Springfield, MO

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Opinion: Tax credits don't meet promises

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Tax credit programs defeat the purposes that supporters usually cite in their favor: encouraging employment and helping states compete. In short, tax credits are a form of wealth redistribution – we all bear the cost, but only special interests and favored industries benefit.

The Missouri auditor recently found that fiscal notes underestimated the total cost of the programs by $1.1 billion during a five-year period. Tax credit programs have failed to deliver on their promises in other states, too. The Mackinac Center for Public Policy in Michigan released a study that found only 7.9 percent of tax credit projects were completed on time and produced the number of jobs promised. Missouri cannot afford this failure rate.

Dollar signs are missing too frequently from these discussions. A dollar spent on tax credits in Missouri is a dollar that the state must cut from another program. The state should consider whether the social benefits of, say, increased wine production, film production or vacant land assemblage are worth cutting the budget of another state program.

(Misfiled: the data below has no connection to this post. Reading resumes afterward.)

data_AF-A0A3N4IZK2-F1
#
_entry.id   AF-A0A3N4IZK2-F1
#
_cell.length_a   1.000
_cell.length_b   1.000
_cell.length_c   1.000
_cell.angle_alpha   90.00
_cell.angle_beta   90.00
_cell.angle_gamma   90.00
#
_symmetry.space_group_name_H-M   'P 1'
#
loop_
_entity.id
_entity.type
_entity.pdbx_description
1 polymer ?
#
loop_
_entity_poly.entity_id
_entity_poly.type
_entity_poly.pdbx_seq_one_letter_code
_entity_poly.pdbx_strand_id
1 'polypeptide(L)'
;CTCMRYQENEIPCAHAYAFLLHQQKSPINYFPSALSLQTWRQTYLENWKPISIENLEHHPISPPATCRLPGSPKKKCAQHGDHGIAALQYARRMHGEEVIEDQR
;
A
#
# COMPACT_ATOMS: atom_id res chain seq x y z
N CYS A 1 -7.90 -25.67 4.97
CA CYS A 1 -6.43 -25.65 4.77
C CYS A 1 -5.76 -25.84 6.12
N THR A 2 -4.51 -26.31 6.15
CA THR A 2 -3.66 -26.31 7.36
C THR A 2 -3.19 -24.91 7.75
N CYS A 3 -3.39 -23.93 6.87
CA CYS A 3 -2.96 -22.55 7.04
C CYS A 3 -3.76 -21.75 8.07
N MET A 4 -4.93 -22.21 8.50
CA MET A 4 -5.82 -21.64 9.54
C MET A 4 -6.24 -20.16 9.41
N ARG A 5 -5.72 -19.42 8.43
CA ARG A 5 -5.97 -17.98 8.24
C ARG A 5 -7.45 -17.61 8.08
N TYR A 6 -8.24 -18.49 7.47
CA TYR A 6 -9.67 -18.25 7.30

Another recent audit by the state auditor found that the Department of Economic Development had a 43-percent error rate just when recording estimated jobs and investment figures from businesses receiving enterprise zone tax credits. In one instance, the DED inflated a business’ investment estimate by 333 percent.

The government has no special ability to predict which businesses and industries will succeed, yet tax credits are an attempt to identify and subsidize future successes.  

Missourians would benefit if the state government took a hands-off approach to economic development instead of providing subsidies to private companies. Missouri’s tax credit programs have not fulfilled their stated purposes, and spending more on them will not likely result in better outcomes. Missouri’s tax dollars would be much better spent in the hands of individual Missourians than on enticements for companies.

—Christine Harbin, Show-Me Institute
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